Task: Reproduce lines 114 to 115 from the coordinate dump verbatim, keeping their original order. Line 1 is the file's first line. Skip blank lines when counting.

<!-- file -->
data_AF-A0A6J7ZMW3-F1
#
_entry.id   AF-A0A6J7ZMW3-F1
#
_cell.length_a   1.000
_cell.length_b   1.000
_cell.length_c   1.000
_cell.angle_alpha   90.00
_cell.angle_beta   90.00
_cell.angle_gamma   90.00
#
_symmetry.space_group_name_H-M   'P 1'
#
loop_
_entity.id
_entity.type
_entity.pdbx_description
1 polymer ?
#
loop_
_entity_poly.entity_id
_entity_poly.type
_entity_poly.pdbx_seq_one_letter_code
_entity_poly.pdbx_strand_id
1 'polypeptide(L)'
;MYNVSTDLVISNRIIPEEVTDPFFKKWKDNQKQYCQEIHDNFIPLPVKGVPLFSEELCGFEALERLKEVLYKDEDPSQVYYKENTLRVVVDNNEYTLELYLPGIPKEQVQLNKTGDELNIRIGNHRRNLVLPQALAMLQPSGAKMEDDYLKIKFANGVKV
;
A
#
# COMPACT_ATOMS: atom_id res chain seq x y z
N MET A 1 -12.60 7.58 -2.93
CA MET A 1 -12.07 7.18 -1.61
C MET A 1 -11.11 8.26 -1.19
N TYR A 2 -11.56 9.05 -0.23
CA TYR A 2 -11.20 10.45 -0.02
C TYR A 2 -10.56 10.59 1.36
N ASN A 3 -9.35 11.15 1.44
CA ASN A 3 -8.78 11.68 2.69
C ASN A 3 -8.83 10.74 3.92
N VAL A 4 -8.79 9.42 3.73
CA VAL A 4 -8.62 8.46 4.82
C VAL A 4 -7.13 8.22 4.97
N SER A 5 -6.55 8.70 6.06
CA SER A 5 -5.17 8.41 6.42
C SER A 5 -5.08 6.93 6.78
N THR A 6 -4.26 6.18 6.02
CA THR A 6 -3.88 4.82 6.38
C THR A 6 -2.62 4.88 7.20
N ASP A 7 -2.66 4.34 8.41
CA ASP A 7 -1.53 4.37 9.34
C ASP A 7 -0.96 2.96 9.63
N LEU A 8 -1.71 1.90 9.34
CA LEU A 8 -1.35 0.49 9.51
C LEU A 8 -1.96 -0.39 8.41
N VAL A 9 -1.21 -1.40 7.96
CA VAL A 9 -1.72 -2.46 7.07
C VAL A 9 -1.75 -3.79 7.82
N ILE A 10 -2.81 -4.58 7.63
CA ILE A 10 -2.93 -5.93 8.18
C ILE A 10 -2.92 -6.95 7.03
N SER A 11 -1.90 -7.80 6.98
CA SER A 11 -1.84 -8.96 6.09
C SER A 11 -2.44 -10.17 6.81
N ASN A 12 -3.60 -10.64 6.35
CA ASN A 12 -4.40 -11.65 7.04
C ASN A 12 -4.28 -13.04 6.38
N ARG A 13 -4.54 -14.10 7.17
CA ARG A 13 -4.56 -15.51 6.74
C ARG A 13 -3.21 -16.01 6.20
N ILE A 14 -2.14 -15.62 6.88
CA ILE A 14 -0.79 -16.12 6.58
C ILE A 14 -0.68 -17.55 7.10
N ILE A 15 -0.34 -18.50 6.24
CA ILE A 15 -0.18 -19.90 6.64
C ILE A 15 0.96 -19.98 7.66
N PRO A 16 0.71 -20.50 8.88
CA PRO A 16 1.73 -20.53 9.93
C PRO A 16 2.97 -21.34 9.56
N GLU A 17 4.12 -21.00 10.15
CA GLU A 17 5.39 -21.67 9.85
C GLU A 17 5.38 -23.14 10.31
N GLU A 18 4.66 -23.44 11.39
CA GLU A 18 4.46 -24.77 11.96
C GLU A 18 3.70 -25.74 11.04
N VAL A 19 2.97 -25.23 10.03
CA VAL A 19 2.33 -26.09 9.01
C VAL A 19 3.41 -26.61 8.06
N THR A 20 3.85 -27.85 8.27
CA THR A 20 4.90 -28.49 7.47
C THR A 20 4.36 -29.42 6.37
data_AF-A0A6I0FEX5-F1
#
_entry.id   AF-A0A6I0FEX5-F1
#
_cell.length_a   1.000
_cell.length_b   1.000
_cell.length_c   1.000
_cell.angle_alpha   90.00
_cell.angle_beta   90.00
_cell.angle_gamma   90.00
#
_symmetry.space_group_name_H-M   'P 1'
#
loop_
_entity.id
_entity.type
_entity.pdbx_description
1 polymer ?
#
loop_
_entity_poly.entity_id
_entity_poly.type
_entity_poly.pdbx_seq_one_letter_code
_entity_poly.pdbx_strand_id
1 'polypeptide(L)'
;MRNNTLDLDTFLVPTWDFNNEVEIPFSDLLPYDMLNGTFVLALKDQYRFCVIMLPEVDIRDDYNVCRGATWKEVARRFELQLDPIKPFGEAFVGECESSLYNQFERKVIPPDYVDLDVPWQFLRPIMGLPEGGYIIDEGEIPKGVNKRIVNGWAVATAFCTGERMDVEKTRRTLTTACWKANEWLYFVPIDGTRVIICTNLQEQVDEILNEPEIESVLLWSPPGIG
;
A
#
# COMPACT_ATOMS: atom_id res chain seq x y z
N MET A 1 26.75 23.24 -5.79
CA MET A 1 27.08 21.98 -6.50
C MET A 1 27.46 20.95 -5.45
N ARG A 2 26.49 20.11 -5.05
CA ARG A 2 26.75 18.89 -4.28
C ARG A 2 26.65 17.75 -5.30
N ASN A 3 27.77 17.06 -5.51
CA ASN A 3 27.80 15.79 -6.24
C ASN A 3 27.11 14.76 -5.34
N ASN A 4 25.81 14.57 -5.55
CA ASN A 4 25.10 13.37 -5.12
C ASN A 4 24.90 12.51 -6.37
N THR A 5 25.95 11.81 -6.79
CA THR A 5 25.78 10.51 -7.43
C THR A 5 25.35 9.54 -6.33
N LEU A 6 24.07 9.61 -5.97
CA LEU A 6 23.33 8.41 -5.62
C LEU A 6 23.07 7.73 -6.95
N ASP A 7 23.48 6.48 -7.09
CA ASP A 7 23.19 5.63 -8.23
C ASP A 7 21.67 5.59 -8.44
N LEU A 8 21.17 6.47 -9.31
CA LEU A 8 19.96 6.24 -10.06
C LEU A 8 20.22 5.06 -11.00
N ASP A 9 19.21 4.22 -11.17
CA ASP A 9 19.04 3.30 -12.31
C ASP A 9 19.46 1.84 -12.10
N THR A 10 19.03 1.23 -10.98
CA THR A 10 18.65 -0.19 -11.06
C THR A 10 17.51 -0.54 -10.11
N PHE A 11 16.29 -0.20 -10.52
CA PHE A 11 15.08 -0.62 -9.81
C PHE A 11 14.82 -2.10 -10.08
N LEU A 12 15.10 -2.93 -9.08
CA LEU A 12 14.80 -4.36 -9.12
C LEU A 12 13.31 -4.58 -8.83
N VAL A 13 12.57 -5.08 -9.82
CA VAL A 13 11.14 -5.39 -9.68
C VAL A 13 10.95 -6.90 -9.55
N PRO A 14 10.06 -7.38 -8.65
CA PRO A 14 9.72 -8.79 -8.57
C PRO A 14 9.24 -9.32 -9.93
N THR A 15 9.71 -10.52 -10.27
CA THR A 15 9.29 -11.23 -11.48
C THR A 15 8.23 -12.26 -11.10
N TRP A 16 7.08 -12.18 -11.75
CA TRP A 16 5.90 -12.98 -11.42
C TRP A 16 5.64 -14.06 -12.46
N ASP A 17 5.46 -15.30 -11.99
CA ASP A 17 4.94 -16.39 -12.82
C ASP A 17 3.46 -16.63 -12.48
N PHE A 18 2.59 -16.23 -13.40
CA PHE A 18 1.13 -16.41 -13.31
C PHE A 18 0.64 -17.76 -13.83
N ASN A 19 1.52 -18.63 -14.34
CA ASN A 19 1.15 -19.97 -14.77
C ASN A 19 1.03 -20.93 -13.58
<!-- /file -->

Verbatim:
_entity_poly.pdbx_strand_id
1 'polypeptide(L)'